Why Are There Signs That Say "No Engine Brake"?

by Richard Rowe

The best drivers in the world often compare the act of driving to meditation, and for good reason. While operating a motor vehicle, the brain of a very focused driver shifts to what is known as a "theta" wave pattern -- the same encountered during meditation, out of body experiences and while experiencing metaphysical phenomena. Such brainwave patterns allow the individual to go into a state of "watchful detachment" -- noticing things that others take for part of the scenery. Things like "No engine braking" signs.

Keep it Down!

Tractor trailers don't always use their brakes to slow down. Trucks are heavy, and using the brakes all the time -- especially when trying to control speed while going downhill -- would quickly overheat the brakes or wear them out. For this reason, trucks often use an engine brake. Normally, when a piston in an engine hits the top of its travel on the compression stroke, it compresses air and fuel against the bottom of the cylinder head; the compressed mixture then explodes, sending the piston back down. A Jacobs or "Jake" brake is a compression-release brake, a valve that opens when the piston reaches the top of its travel. Pressure from the cylinder quickly vents through the valve and dumps into the exhaust. This creates a vacuum in the cylinder when the piston goes back down, allowing a driver to slow the truck down just by lifting his foot off the throttle. Jake brakes can be very loud, though; those releases of pressure can sound like an AK-47 firing through an un-muffled exhaust. Newer trucks typically emit more of a loud grumble than a machine-gun clatter, because the turbo, diesel particulate filter and exhaust system muffle the sound. But older Jake brakes were well loud enough to cause avalanches in mountainous areas, especially as whole convoys of trucks went machine-gunning down mountain passes. That's why you'll often see engine braking signs in mountainous areas. You'll also see them in cities, generally on hilly interstates and highways adjacent to residential or business districts.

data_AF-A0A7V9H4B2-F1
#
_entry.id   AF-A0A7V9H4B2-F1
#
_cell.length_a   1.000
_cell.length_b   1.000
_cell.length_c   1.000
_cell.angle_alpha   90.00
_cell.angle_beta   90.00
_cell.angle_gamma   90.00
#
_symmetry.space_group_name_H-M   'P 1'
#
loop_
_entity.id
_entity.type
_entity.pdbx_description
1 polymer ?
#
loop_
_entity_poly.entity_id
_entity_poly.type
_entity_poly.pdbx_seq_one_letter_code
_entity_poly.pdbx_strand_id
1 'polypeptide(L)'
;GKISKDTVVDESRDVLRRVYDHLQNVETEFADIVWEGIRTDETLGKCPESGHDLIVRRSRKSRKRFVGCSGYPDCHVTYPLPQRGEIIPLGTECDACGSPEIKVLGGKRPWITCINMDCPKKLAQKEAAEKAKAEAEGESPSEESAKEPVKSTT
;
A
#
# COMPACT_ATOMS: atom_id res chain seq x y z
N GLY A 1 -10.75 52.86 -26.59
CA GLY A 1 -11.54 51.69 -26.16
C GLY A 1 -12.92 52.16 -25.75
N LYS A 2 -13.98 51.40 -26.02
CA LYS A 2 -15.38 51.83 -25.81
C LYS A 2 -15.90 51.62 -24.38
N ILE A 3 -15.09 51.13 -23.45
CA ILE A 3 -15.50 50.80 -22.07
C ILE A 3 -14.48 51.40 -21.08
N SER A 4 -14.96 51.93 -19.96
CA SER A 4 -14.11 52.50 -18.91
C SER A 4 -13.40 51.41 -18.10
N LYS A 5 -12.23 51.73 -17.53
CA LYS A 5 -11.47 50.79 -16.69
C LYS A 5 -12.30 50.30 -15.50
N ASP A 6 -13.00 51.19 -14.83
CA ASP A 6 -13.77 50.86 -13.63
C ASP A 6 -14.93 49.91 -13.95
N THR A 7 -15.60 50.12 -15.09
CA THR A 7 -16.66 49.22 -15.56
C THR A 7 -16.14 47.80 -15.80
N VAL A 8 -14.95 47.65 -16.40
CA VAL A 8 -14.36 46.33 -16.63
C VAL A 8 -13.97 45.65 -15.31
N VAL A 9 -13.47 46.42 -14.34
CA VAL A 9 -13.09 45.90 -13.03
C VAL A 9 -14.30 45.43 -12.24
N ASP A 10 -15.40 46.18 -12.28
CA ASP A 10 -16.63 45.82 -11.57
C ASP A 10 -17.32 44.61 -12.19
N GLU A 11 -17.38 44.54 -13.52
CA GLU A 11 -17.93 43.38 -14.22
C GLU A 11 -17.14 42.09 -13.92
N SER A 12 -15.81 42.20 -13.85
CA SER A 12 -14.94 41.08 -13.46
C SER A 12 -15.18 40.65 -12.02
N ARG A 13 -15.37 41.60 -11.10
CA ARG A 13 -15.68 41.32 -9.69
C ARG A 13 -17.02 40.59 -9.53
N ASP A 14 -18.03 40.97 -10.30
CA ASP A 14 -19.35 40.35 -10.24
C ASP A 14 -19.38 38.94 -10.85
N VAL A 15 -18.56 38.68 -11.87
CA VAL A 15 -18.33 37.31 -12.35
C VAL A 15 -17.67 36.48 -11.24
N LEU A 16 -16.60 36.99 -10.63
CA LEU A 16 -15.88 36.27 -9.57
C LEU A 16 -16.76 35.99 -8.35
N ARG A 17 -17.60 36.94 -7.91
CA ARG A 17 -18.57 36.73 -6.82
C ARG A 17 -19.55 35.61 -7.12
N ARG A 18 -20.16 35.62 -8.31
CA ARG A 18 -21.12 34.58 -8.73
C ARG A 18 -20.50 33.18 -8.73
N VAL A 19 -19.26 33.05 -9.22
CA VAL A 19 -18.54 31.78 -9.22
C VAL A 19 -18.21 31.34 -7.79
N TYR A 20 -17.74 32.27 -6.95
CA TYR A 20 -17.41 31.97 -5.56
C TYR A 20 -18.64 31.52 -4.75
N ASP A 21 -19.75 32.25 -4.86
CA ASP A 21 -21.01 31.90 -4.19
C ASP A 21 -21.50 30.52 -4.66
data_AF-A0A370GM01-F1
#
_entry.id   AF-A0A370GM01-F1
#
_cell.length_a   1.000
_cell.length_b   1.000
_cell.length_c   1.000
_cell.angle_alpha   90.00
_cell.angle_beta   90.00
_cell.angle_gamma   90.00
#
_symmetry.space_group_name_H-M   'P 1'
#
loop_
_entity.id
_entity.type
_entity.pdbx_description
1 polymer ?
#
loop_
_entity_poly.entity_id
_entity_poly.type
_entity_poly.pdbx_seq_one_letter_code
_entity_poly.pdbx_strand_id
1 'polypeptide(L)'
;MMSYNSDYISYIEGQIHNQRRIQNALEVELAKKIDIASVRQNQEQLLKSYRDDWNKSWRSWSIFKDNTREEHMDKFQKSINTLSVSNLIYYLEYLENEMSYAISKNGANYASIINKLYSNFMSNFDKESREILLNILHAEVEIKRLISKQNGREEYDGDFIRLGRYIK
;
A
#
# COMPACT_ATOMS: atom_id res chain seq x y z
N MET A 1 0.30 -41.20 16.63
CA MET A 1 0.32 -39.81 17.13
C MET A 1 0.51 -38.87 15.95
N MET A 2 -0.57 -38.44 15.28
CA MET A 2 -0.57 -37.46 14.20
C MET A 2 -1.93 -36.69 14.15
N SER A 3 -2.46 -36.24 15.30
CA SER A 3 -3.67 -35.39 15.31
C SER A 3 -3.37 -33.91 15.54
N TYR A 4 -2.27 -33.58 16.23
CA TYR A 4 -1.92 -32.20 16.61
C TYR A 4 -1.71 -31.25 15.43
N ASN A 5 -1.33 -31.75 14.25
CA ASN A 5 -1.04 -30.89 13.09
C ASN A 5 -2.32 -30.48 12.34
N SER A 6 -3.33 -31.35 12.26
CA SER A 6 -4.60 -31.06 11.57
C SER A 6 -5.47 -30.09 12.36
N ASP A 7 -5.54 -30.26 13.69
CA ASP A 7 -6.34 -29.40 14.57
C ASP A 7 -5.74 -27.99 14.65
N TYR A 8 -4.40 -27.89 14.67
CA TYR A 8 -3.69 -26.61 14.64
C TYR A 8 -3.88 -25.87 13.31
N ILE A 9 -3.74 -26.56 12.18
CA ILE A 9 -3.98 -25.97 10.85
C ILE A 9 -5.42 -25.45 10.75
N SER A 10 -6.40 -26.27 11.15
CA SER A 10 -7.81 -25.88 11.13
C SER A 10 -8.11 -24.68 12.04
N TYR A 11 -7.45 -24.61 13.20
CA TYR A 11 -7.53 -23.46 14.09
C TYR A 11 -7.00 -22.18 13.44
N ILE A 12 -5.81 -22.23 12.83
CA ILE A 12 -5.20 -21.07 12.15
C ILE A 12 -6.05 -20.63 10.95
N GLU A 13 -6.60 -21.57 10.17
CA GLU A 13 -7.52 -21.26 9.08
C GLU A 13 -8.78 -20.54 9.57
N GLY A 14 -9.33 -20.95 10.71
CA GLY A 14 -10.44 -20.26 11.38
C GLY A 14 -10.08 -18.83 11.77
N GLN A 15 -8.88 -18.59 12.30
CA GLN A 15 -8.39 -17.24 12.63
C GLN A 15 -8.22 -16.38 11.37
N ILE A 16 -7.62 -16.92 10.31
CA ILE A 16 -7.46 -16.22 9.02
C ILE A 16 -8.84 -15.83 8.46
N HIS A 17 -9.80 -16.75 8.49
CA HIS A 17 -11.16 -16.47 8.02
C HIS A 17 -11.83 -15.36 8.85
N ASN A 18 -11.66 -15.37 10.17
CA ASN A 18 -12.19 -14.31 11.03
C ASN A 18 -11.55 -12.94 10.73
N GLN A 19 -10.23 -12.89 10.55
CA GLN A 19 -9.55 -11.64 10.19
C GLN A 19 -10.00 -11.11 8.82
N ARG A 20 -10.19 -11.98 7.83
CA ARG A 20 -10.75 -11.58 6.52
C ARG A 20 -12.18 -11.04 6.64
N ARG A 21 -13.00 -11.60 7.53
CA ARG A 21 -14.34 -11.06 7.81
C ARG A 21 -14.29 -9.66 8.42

About the Author

Richard Rowe has been writing professionally since 2007, specializing in automotive topics. He has worked as a tractor-trailer driver and mechanic, a rigger at a fire engine factory and as a race-car driver and builder. Rowe studied engineering, philosophy and American literature at Central Florida Community College.

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